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Times 26 Oct 06
Activists against having a whale of a time
by Krist Boo
But bidders reject argument that having whales, dolphins in oceanariums is harmful.
Two bidders for Singapore's second casino resort expect visitors to have a whale of a time, but activists say keep the whales, dolphins and whale sharks out.
The animal rights groups and animal lovers have, in recent letters to The Straits Times' Forum page and in Web posting, argued that having those animals in captivity was harmful to them.
No so, say the two bidders -- Kerzner International and Genting International.
Their ambitious resort oceanariums will be the world's largest when built. Both will feature whale sharks are one of their star attractions. But animal lovers are perturbed that the captivity of the world's largest marine mammal is a 'giant step backwards' in animal welfare.
In defence, both Kerzner and Genting point to the credentials of their marine experts -- a list of veterinarians and conservationists -- as well as their track records in conservation.
Genting and Kerzner, the only pair in the three-horse race to have shown their bids, made public their proposals with much fanfare last week. The third bidder is Eighth Wonder.
Arguing against having whale sharks in captivity, Forum page writer Thomas Paulraj Thamboo said last Thursday: "These creatures need to be in the open sea, and a body of water the size of a lagoon (even a big lagoon) would inevitably put constraints on their natural behaviour and mode of living".
Joining forces in a letter to the Forum last week were the Society for the Prevention of Cruelty to Animals (SPCA), The Nature Society and the Animal Concerns and Education Society (Acres). The three groups jointly asked the Government not to approve the attractions.
In an interview, Acres president Louis Ng said on Monday: "We can progress with the two IRs, but there is no need to do so at the expense of the animals".
The two bidders were unfazed.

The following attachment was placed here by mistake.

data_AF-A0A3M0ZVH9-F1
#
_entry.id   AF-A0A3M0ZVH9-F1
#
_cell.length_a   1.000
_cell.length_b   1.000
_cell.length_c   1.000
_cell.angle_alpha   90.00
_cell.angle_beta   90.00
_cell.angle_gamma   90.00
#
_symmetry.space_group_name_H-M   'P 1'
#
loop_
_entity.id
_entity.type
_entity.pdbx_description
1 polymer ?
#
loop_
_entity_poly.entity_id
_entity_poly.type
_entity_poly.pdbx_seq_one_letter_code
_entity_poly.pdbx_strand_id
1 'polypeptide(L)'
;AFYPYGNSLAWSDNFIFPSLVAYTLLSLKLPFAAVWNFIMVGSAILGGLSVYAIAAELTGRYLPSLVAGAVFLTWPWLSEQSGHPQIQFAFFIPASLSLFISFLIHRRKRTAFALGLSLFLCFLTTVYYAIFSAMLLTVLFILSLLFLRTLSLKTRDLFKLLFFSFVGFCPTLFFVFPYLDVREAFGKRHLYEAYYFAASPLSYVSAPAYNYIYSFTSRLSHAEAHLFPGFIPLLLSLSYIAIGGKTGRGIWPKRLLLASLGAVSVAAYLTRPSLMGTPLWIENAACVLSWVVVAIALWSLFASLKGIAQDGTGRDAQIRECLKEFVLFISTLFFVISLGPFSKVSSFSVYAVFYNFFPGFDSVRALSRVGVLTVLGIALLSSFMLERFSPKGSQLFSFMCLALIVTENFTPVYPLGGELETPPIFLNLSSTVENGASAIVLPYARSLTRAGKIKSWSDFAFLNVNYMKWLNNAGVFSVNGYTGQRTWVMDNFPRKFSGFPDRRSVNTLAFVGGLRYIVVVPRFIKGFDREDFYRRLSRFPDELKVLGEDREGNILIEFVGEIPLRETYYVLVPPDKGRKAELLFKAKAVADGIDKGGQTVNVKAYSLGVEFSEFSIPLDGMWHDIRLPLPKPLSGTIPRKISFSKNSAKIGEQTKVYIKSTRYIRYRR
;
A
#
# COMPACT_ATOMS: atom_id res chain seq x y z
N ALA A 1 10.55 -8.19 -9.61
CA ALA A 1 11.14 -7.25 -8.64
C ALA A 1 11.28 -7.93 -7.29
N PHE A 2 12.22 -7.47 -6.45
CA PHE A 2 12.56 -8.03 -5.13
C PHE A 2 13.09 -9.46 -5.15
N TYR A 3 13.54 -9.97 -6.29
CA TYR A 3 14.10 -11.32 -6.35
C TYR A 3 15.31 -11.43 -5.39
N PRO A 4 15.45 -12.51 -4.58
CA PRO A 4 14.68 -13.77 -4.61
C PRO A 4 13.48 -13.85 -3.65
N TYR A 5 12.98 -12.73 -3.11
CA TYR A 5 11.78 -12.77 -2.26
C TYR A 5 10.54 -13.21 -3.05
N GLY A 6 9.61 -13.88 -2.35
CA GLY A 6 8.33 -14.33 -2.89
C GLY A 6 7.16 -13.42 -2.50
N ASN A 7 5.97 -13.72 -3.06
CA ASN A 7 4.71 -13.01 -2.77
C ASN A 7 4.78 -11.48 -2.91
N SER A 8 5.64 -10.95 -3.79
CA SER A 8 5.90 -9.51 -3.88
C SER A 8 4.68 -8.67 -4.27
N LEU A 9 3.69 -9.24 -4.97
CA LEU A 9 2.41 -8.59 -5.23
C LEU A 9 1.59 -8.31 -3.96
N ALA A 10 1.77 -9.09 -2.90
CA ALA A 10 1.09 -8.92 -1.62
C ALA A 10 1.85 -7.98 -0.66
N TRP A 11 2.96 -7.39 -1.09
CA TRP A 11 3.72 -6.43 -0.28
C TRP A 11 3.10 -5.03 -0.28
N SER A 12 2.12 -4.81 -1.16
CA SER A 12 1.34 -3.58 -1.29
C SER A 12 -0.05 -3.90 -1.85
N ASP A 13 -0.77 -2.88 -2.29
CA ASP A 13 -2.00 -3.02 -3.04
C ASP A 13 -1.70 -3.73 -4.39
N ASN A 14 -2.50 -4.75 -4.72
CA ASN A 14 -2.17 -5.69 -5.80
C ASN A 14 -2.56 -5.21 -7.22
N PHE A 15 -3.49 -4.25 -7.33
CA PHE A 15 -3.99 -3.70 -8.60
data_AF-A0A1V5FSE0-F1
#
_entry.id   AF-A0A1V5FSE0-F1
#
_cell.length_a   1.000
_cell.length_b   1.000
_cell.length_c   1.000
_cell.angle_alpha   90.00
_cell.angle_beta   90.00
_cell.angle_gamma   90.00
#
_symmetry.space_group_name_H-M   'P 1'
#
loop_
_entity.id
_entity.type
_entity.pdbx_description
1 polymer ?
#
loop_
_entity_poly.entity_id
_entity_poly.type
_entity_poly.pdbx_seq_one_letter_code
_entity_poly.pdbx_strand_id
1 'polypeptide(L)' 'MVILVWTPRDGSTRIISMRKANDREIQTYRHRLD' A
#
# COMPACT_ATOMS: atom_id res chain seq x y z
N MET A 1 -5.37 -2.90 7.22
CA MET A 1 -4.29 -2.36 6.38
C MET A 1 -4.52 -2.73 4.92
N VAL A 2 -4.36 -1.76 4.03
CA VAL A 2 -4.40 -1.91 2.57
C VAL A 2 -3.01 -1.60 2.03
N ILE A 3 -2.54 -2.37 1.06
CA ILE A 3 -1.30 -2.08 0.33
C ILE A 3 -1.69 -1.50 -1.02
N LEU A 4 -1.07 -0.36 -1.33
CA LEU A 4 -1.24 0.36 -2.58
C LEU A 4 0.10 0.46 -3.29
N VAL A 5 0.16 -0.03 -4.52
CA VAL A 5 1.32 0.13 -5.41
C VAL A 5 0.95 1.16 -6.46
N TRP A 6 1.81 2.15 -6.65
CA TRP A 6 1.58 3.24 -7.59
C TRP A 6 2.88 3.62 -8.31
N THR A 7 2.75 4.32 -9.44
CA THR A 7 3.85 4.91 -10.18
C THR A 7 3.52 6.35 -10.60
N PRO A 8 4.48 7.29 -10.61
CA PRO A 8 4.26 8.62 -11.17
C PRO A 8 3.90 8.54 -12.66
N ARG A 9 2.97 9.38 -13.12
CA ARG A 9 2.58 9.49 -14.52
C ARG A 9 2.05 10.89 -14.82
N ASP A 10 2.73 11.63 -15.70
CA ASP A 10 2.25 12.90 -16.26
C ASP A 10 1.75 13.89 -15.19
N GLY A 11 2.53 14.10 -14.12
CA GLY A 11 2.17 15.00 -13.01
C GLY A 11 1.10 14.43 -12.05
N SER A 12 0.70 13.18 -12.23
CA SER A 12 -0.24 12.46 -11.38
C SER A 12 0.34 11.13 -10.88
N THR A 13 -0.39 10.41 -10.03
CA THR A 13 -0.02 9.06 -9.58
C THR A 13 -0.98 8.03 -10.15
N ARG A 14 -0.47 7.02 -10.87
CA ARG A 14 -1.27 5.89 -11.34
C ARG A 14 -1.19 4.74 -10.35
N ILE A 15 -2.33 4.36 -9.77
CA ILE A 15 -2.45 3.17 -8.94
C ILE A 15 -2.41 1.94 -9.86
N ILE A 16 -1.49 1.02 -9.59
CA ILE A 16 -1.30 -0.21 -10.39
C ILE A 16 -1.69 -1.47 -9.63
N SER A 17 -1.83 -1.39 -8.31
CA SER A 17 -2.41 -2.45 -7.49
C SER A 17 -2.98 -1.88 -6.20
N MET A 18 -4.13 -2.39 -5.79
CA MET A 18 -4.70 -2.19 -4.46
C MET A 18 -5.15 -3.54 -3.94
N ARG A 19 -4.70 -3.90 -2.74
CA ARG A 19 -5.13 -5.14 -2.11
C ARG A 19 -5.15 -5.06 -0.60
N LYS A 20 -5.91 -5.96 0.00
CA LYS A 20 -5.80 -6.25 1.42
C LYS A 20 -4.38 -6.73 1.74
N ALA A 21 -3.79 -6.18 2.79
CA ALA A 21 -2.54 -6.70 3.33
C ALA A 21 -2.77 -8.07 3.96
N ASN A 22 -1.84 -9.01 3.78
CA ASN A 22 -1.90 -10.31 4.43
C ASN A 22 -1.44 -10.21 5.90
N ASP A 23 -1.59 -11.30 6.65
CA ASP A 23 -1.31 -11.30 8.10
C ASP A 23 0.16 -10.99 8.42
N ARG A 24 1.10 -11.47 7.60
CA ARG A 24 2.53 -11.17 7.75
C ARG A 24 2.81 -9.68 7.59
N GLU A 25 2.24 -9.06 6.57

On the complaint about having to catch whale sharks in the wild, Genting's aquarium operator, Dolphin Quest said its Sentosa exhibit would likely be pups purchased from fishermen -- "rescued" on their way to slaughterhouses.
Dolphin Quest's chief executive Jeff Jouett said: "We've to have a wider perspective. In the wild, whale sharks are caught and eaten, sold for food. They do not have an easy life"
Whale sharks are not in captivity in only three places: the Georgia Aquarium in Atlanta, the Okinawa Churaumi Aquarium, and Osaka's RIng of Fire Aquarium.
Their lifespans in captivity have not been impressive.
Asked if they were paying only lip service to conservation efforts, both bidders pointed to millions of dollars they had poured into research on sea creatures, and said they planned to do the same at Sentosa.
The groups are also against the captivity of whales and dolphins, especially the use of dolphins in aquarium shows.
But Mr Jouett said: "Almost everything we know today about dolphins and whales has been learnt in aquariums and oceanariums".
SPCA's executive office Deirdre Moss questioned the need to have another aquarium.
Kerzner responded in an email that polls have repeatedly shown that the public "support, by an overwhelming margin" the educational efforts of good aquariums.
Animal rights groups have complained before.
They wanted the Government to ban the performing pink dolphins in the Underwater World in 2003, but were unsuccessful.
Asked if they expected to make an impact this time, Mr Ng said: "It's worth a try. If we can get them to come to a compromise, we'd have made progress".
Captions to photos
Whale sharks: These 'gentle giants' of the sea feed on plankton and algae. They are the largest marine mammals in the world; the largest ever caught was 12m long. It is unknown how long they live in the wild but one estimate puts it at over a century. The oldest one in captivity is about 10 years old -- in Japan's Okinawa aquarium. They are considered endangered. Who will have them: Genting and Kerzner
(NOTE by wildsingapore: whale sharks are FISH, not mammals)
White whales: Also known as beluga whales, these mammals live in the Artic and sub-Arctic region. They are nicknamed 'sea canaries' because they make sounds while hunting and communicating. The only whales with no fused neck bones, they can nod and turn their heads, and make faces with their flexible lips and foreheads. They not considered endangered. Who will have them: Kerzner
Bottle-nosed dolphins: These highly intelligent mammals live in tropical and temperate waters around the world. They are not endangered, but are often killed inadvertently by fishing boats net-trawling for tuna, which they swim closely to. They hunt and communicate using high-pitched squeals and whistles. Who will have them: Genting
Dolphins: Suffering not Smiling on the Acres website
Ecocean about whale sharks. Brad Norman won the Rolex Award for his work on whale sharks and was in Singapore to receive this award.
Related articles on Sentosa IR
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